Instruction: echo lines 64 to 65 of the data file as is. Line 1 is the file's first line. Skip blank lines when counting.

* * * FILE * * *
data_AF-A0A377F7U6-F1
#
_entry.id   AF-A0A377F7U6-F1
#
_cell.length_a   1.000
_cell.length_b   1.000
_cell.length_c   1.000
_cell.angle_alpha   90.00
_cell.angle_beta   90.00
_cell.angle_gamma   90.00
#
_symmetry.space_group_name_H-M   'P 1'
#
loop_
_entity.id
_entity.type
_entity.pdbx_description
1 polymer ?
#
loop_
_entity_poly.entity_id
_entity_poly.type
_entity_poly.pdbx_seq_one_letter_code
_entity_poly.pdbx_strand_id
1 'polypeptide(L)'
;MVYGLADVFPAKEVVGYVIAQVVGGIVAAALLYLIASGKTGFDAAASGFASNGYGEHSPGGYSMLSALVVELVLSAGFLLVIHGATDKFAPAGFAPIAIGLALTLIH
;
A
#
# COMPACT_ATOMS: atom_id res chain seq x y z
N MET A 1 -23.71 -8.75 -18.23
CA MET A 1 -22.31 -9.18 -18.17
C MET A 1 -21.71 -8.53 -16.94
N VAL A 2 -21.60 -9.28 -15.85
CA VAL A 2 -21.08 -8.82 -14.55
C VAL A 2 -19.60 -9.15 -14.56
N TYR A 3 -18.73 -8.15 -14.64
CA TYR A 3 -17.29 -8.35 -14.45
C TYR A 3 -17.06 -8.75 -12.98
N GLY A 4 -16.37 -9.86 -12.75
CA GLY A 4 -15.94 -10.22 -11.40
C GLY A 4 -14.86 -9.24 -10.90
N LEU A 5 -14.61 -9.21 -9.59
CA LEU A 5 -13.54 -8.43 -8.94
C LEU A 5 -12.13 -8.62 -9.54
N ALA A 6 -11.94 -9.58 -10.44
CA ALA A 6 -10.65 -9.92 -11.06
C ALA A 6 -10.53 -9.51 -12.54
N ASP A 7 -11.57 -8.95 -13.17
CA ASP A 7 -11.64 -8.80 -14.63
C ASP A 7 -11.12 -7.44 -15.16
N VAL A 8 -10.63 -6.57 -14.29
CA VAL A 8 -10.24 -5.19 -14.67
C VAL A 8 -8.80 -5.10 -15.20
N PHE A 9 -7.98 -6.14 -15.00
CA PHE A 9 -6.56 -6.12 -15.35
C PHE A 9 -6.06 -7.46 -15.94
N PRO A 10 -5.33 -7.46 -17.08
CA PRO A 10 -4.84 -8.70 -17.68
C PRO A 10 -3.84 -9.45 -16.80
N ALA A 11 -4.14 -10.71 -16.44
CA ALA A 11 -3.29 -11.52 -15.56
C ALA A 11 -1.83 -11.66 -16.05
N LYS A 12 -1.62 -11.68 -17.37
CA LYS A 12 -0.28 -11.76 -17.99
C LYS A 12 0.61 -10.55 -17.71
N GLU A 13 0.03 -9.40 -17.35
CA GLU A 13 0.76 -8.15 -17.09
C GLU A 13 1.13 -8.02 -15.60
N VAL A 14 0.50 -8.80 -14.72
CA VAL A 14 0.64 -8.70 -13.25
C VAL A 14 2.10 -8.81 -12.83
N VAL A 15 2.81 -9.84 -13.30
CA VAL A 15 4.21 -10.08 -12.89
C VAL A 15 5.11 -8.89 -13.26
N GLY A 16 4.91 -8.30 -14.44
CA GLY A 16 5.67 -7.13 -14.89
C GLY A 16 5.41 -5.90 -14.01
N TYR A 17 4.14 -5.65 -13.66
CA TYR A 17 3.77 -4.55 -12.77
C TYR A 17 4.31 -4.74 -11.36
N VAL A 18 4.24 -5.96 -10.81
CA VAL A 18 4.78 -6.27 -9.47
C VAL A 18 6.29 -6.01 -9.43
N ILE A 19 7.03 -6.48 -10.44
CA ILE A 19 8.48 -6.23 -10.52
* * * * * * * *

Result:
N LYS A 12 -1.62 -11.68 -17.37
CA LYS A 12 -0.28 -11.76 -17.99